Henk temporarily escapes from his careful, marginal existence as a museum assistant in a small town in the Karoo when he receives a letter informing him that his Aunt Zan has left him her estate and that he must travel to Amsterdam in order to claim it. During his stay in Amsterdam he goes through a liminal phase of transformation: he looks at the world in a different way and considers exploring his creativity by writing a novel on Cornelius van Gogh, Vincent and Theo van Gogh’s unknown brother who lived and died in South Africa, instead of the dry historical monographies he usually writes (204, 312–3). At the end of the novel Henk discovers that Zan is still alive and he takes her back to South Africa. All signs are there that he will not write the novel on Cornelius van Gogh and will return to his marginal position in South African society. He temporarily enters the liminal phase without ever reaching postliminal incorporation.
In 30 nagte in Amsterdam Van Heerden addresses a further aspect of liminality, namely the liminal position of the postcolonial subject. According to Wenzel (2007:45) postcolonial literature embodies the concept of liminality. Zan and Henk’s only remaining relative is Zan’s grandson Alphonse. Alphonse is one of the many faceless people of immigrant descent trying to make a living on the periphery of European cities (347). His identity is not tied to Africa or Europe: Henk describes him as a “no-man between continents. No one” (304, my translation). In postcolonial South Africa the De Melkers’ legacy will die with Zan and Henk and there is eventually no place for the Afrikaner.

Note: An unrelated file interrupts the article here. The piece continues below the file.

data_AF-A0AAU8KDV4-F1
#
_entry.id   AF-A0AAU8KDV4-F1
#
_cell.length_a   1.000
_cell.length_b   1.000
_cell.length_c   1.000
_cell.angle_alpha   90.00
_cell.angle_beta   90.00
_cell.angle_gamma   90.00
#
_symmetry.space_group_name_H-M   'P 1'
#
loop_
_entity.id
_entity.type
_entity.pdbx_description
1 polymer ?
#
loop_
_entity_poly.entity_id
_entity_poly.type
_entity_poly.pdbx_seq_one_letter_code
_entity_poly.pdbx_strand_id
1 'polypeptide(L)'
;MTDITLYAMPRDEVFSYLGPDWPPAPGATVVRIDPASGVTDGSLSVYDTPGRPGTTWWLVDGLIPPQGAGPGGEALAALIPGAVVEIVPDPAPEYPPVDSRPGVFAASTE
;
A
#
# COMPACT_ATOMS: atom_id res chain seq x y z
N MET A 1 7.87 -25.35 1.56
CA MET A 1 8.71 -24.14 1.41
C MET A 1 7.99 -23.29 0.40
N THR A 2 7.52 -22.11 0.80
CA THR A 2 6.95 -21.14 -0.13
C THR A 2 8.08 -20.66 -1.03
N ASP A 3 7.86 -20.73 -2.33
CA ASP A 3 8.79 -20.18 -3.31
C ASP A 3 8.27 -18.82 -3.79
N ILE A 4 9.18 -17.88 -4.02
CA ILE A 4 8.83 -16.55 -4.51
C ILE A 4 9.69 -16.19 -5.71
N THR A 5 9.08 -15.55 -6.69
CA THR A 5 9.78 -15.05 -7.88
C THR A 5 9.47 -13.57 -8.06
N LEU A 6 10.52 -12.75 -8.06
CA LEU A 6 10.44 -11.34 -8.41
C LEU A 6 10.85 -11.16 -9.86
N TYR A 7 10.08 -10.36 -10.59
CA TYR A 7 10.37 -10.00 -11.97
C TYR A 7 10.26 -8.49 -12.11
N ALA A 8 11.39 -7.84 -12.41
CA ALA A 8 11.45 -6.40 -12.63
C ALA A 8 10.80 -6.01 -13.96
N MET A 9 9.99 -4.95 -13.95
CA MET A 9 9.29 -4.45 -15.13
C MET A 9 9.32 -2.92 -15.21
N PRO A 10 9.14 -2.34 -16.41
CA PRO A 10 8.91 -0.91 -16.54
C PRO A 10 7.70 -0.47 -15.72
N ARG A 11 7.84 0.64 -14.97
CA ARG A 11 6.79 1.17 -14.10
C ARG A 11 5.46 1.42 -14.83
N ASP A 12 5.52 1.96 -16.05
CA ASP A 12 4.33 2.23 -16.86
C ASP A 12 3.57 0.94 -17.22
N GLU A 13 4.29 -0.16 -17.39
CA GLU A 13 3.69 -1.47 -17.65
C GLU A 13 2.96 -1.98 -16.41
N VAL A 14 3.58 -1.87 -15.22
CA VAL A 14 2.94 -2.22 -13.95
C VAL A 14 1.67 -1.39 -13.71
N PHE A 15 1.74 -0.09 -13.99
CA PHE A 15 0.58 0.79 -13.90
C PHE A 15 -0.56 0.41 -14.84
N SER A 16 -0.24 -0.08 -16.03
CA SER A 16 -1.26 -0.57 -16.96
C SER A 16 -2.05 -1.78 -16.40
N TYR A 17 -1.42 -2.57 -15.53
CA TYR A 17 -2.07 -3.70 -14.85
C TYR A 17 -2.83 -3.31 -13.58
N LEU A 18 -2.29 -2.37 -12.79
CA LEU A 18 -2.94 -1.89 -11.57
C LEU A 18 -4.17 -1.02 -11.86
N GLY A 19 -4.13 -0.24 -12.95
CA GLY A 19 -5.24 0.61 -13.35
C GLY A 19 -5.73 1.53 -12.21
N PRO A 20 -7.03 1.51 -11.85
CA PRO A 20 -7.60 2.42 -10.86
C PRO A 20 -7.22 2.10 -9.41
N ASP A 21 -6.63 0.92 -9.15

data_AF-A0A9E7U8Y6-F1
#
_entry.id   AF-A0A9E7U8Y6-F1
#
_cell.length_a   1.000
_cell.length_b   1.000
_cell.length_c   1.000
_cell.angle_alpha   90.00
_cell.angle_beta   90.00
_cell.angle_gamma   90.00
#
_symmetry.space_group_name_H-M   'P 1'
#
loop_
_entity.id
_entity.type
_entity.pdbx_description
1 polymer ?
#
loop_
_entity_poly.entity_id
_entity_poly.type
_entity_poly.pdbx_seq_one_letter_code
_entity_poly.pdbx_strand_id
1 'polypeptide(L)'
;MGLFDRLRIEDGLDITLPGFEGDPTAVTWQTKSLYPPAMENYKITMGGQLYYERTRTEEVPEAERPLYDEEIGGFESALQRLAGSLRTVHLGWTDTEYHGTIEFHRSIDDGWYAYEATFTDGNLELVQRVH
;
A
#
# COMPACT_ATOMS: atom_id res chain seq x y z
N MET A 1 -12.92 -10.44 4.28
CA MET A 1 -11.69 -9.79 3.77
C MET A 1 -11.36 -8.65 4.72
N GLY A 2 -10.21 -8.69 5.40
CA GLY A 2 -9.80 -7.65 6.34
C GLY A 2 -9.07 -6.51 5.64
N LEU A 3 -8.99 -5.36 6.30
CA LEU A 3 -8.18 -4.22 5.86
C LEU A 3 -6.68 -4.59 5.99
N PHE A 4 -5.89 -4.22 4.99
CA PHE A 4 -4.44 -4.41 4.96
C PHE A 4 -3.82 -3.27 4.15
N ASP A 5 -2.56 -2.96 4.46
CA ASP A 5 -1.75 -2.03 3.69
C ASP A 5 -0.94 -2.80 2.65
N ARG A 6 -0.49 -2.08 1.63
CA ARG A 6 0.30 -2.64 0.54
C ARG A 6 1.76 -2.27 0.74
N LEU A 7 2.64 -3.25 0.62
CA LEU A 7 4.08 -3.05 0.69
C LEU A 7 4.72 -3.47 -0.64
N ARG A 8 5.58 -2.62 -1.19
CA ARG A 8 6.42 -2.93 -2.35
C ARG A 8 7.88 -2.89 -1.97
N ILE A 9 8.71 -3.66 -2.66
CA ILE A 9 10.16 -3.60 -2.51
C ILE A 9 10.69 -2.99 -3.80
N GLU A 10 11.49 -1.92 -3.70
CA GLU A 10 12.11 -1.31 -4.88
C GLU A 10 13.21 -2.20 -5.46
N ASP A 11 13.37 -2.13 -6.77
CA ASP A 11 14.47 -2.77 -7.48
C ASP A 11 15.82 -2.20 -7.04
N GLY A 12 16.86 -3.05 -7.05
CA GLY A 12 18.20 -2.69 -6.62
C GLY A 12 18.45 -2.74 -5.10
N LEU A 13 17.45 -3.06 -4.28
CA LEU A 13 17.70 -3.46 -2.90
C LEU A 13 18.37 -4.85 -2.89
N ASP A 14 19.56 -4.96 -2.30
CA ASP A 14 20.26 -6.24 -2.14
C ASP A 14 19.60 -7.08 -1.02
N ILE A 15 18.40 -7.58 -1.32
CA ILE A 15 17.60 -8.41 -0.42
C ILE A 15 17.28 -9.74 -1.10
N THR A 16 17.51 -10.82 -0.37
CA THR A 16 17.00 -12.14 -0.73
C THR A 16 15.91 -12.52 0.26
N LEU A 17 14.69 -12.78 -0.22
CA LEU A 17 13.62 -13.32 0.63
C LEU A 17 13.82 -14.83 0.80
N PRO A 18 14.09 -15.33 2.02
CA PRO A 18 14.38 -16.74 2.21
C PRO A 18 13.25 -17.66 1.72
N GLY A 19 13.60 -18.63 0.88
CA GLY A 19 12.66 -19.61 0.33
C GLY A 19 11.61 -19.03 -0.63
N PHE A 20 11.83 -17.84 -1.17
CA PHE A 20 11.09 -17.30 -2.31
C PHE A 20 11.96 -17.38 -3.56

Keywords: Etienne van Heerden; Kikuyu; 30 nights in Amsterdam; liminality; postcolonial literature
Lees die volledige artikel in Afrikaans: Die tante uit Nederland as liminale karakter in Etienne van Heerden se Kikoejoe (1996) en 30 nagte in Amsterdam (2008)